1899 — Electric device for indicating the awakening of persons buried alive

1899 — Coffin
“An improved coffin which permits the body to be kept during a certain time until decomposition sets in and, moreover, enables the person inclosed in the coffin to give warning if there has been a mistake.”

1897 — Apparatus for saving persons buried alive

1886 — Coffin
“My invention has relation to a coffin wherein the lid is provided with transparent doors or panels held down normally upon the lid against the tension of springs and adapted to be released and thrown upward from the lid upon the operation of a device located within the coffin.”

1886 — Apparatus for saving people buried alive

1886 — Coffin
“If the person buried in a state of trance opens his eyes on returning to consciousness, he sees light through the glass disks of the lid and will, on coming to his senses, unconsciously make a movement by which the mechanism which stands under the pressure of the springs is immediately released and the springing up of the lid is effected.”

1885 — Coffin
“We also supply the coffin with an electric battery, the wires therefrom leading though the air inlet pipe to an alarm on the outside of the ground, the circuit of said alarm being closed by a slight movement of the revivified person.”

1894 — Grave-signal

1893 — Grave-alarm

1892 — Coffin-signal

1891 — Annuciator for the supposed dead

1887 — Device for indicating life in buried persons

1885 — Burial-casket

1884 — Safety apparatus for the preservation of the dead until their burial

1882 — Device for indicating life in buried persons

1882 — Grave-signal

1878 — Improvement in coffin-torpedoes

1871 — Improvement in life-detectors for coffins

1868 — Improved burial-case

Burial Death + Popular Culture Defying Death

Dead Man Walking….Into His Own Funeral


Dead wrong: Man attends own funeral after mix-up over body’s ID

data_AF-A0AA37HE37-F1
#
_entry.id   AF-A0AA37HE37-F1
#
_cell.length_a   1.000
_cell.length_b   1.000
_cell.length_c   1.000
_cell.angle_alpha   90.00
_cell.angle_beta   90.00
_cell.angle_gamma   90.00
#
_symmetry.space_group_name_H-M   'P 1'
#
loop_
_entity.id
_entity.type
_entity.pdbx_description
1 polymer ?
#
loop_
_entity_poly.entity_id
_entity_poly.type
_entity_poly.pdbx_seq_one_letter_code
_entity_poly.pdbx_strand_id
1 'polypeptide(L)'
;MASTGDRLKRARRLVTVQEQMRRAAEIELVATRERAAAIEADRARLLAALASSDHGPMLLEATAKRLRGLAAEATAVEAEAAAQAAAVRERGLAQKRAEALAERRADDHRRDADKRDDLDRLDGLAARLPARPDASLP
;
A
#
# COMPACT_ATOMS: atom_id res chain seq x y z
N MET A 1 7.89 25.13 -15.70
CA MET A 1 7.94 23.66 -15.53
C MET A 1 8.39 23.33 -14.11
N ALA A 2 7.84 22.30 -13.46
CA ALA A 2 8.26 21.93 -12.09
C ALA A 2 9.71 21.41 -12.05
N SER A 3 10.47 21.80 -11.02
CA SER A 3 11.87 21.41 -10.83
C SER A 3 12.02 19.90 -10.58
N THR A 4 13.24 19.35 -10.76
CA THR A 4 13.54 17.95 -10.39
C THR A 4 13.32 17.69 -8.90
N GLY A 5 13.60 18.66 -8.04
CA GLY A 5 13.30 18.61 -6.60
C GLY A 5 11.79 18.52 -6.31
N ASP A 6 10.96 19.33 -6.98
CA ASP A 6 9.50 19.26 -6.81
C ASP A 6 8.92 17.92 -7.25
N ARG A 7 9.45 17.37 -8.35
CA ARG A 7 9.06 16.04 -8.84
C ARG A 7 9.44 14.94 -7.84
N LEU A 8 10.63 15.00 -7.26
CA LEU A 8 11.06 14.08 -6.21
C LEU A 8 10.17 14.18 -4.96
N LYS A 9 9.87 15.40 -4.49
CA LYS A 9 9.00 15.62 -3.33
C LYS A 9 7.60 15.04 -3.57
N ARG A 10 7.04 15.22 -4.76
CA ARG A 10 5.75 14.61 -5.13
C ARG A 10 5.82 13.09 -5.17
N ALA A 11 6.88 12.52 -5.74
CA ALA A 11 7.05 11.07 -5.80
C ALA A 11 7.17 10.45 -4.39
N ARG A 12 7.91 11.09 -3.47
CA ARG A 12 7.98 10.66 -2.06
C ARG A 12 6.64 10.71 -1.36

On the holiday known as the Day of the Dead, a Brazilian bricklayer walked into his own funeral.

It sounds like the beginning of a joke: So a guy walks into his own funeral… but apparently it wasn’t so funny for the friends and relatives of Ademir Jorge Goncalves. You see, Mr. Goncalves had been presumed and identified as dead. As it turns out, it was all just a case of mistaken identity. Ha ha!

This isn’t the first time the deceased will attend his or her own funeral—nor will it probably be the last. Take the case of the late Leonard Shlain. After Mr. Shlain’s green burial in northern California earlier this year, a film was shown, featuring himself in a white suit saying that he’d always wanted to attend his own funeral. Filmed a few months before his death, it gave him a platform to set the tone for the affair—surprising and humorous, but also deeply touching as he reassured his loved ones that he was happy, that he missed them, and felt blessed.

This all got me to thinking—just how many ways are there to attend your own funeral? I found these two flakey chicks doing a video tutorial of sorts on attending your own funeral. The message here seems to be about taking stock of your life and thinking about how you want to be remembered before you die. I really didn’t find this very helpful or uplifting, but perhaps Sarah and Suzi will convince you otherwise.

And then there are tales like this one that involve a massive lie in order to “spare everyone’s feelings.” It seems there are easier ways to ditch your friends, no?

Finally, what about the poor folks who have been interred and buried alive? Also known as premature burial, tales of being buried alive have been found across cultures and time. Some of my favorite stories growing up were Poe’s The Telltale Heart and The Cask of Amontillado. O.K., technically, you are not actually attending your own funeral—just your own burial. But this seems like the worst of all possible ways to go. If anyone has any other ideas about how one can attend his or her own funeral (or burial) let us know via our comments feature. We’d love to hear from you—dead or alive.